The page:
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This Page is Designed to Last

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A Business Case for Dropping Internet Explorer

The distance between Internet Explorer (IE) 11 and every other major browser is an increasingly gaping chasm. Adding support for a technologically obsolete browser adds an inordinate amount of time and frustration to development. Testing becomes onerous. Bug-fixing looms large. Developers have wanted to abandon IE for years, but is it now financially prudent to do so?… Read article “A Business Case for Dropping Internet Explorer”

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Should a website work without JavaScript?

The JS Party podcast just had a fun episode where they debated this classic question by splitting into two groups of two. Each group was assigned a “side” of this debate, and then let loose to debate it. I don’t think anybody can listen to a show like this and not be totally flooded with thoughts! Here are mine.… Read article “Should a website work without JavaScript?”

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Jeremy Keith – Building the Web

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Interviewing for a Technical Position Doesn’t Have to Be Scary

Jacob Schatz (@jakecodes) is a staff engineer over at GitLab and was kind enough to share how he conducts job interviews for technical positions and his thinking process for them. Technical interviews are talked about often and can be a touchy subject for some, so it’s worth noting that this article expresses Jacob’s own opinions and are not necessarily shared by his employer.

Are you an interviewee who is terrified, exhausted, sad, or disappointed? I’d love to change … Read article “Interviewing for a Technical Position Doesn’t Have to Be Scary”

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Application Holotypes

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Why CSS Needs its Own Survey

2016 was only three years ago, but that’s almost a whole other era in web development terms. The JavaScript landscape was in turmoil, with up-and-comer React — as well as a little-known framework called Vue — fighting to dethrone Angular.

Like many other developers, I felt lost. I needed some clarity, and I figured the best way to get it was simply to ask fellow coders what they used, and more importantly, what they enjoyed using. The result was the … Read article “Why CSS Needs its Own Survey”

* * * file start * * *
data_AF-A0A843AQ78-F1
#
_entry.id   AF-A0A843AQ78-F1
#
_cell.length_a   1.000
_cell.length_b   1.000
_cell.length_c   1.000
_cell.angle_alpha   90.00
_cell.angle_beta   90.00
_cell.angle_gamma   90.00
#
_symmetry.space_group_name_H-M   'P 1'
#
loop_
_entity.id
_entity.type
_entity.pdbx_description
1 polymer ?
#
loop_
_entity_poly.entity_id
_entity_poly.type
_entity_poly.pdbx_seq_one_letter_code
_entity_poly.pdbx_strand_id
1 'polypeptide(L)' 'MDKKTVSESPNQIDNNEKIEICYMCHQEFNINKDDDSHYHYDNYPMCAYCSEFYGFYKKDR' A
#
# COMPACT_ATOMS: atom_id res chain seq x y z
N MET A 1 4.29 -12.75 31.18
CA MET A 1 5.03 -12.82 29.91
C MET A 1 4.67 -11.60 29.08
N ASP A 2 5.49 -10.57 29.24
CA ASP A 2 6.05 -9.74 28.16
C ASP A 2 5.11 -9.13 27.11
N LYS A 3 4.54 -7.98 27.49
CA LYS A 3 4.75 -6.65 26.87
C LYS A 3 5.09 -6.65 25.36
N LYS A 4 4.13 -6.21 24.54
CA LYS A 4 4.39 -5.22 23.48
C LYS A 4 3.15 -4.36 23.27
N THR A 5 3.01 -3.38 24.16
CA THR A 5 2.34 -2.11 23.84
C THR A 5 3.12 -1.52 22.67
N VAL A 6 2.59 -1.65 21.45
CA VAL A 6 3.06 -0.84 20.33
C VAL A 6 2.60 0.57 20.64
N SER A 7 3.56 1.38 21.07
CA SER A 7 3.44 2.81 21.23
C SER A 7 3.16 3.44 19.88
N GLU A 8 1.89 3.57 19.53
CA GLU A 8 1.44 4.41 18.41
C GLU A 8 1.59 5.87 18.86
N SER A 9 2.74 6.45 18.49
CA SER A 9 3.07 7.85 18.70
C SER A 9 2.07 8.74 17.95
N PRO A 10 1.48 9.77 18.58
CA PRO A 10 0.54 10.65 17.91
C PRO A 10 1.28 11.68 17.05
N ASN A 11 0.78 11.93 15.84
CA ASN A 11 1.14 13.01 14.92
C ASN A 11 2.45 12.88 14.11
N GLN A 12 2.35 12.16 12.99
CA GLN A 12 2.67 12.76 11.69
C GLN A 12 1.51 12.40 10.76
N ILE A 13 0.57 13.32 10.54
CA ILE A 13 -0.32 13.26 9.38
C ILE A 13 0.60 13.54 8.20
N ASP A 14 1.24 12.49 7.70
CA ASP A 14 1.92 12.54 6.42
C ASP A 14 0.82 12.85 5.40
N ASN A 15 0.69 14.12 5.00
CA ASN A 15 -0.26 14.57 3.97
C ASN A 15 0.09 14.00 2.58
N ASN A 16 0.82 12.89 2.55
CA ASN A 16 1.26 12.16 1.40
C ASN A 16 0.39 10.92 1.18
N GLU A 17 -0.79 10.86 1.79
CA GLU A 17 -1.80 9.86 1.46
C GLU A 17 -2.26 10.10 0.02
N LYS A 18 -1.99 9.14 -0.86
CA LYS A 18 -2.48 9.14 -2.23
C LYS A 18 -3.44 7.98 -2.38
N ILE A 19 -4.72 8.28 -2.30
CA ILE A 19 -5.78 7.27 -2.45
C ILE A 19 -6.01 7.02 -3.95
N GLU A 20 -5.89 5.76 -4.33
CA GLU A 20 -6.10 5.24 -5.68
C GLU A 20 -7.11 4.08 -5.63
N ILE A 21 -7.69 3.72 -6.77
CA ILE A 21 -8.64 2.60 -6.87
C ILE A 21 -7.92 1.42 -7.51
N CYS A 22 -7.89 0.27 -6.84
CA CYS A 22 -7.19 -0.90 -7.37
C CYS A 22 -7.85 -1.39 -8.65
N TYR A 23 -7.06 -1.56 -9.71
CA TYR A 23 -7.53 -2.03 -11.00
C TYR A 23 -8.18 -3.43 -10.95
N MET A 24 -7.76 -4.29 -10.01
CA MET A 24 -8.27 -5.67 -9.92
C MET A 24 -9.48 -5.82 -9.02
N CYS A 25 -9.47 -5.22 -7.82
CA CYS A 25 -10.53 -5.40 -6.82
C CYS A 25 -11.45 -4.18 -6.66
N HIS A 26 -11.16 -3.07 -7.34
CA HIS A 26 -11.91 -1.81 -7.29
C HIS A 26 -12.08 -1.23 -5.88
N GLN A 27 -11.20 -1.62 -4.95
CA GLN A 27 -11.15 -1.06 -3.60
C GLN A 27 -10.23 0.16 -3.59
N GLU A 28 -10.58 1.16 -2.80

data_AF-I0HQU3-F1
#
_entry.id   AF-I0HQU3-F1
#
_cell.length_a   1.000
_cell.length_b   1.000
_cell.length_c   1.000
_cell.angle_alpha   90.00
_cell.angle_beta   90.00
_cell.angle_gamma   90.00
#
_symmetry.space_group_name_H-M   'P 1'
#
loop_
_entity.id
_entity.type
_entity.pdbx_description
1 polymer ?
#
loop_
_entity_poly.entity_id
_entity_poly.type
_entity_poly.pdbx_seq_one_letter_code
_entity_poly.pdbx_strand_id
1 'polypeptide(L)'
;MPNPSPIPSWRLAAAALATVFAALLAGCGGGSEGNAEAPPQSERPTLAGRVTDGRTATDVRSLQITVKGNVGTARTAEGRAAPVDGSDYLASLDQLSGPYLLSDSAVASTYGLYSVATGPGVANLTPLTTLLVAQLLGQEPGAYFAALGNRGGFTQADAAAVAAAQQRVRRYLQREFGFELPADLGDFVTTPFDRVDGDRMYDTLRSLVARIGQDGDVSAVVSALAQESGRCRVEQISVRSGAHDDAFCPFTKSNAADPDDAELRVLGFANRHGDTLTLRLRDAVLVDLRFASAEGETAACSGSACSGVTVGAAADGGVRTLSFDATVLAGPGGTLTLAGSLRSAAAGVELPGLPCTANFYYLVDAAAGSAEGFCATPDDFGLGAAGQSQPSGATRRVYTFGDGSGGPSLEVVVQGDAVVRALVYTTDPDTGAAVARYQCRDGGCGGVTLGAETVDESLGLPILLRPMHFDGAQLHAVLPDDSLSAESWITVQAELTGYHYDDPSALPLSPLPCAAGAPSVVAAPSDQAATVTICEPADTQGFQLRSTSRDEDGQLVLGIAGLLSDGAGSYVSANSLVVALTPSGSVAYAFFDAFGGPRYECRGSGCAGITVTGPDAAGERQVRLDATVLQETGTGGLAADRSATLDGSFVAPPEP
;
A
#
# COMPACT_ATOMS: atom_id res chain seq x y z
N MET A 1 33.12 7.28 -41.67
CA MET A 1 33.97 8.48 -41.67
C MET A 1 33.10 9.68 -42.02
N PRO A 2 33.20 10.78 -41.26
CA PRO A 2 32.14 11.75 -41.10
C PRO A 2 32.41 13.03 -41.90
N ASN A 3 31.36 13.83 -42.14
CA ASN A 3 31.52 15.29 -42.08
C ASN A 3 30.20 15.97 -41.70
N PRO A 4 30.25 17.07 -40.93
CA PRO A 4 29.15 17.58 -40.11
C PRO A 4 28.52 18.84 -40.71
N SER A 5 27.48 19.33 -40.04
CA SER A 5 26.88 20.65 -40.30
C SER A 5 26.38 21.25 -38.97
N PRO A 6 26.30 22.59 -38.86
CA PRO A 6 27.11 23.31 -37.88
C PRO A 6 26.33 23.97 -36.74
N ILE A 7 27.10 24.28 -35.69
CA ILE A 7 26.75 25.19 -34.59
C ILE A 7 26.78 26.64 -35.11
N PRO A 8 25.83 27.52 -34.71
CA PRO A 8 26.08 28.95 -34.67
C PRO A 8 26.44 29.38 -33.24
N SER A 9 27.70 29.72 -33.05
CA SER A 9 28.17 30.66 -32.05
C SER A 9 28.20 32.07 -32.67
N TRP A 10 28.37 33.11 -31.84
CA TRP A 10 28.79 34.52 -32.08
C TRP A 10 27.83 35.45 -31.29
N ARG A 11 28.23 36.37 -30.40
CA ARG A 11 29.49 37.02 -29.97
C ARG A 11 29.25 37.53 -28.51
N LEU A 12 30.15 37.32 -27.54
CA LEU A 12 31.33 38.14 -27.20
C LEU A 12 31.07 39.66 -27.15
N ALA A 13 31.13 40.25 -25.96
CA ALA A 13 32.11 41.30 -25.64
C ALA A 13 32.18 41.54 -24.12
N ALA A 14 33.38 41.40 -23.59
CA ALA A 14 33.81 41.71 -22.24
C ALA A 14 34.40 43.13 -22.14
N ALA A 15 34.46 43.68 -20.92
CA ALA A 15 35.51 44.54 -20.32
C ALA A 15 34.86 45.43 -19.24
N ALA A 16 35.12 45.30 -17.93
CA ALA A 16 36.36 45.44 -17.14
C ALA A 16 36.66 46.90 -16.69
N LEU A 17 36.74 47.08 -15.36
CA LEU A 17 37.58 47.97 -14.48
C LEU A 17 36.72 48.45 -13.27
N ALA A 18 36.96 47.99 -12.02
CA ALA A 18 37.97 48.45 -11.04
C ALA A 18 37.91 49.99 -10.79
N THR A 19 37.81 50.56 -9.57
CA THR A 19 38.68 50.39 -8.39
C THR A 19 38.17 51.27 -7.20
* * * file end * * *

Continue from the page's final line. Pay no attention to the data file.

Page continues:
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#169: How to Think Like a Front-End Developer

This is a video from my talk at WordCamp US.

Let’s take a peek at what front-end development has become these days. Starting from what the role is, where we sit, and the expectations of us. Then we’ll get into the problems we face, how to approach them, and the tools we have at our disposal. We’ll look at how Gutenberg might fit into our lives as front-end developers.

It’s my first time giving this talk, and I will be … Read article “#169: How to Think Like a Front-End Developer”

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Would You Watch a Documentary Walking Through Codebases?

This resonated pretty strongly with people:

I think I was watching some random Netflix documentary and daydreaming that the subject was actually something I was super interested in: a semi-high-quality video deep dive into different companies codebases, hearing directly from the developers that built and maintain them. … Read article “Would You Watch a Documentary Walking Through Codebases?”

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Nobody is quite wrong.

There are two opposing views on using non-polyfillable new web features that I find are both equally common in our industry:

  1. Websites don’t need to look the same in every browser. The concept of progressive enhancement helps with that. There are tools, even native language features, that help with this.
  2. If browser support isn’t where I want it to be, it’s just exotic eye candy for demos and not to be used.

I’m not sure I’d say either one of … Read article “Nobody is quite wrong.”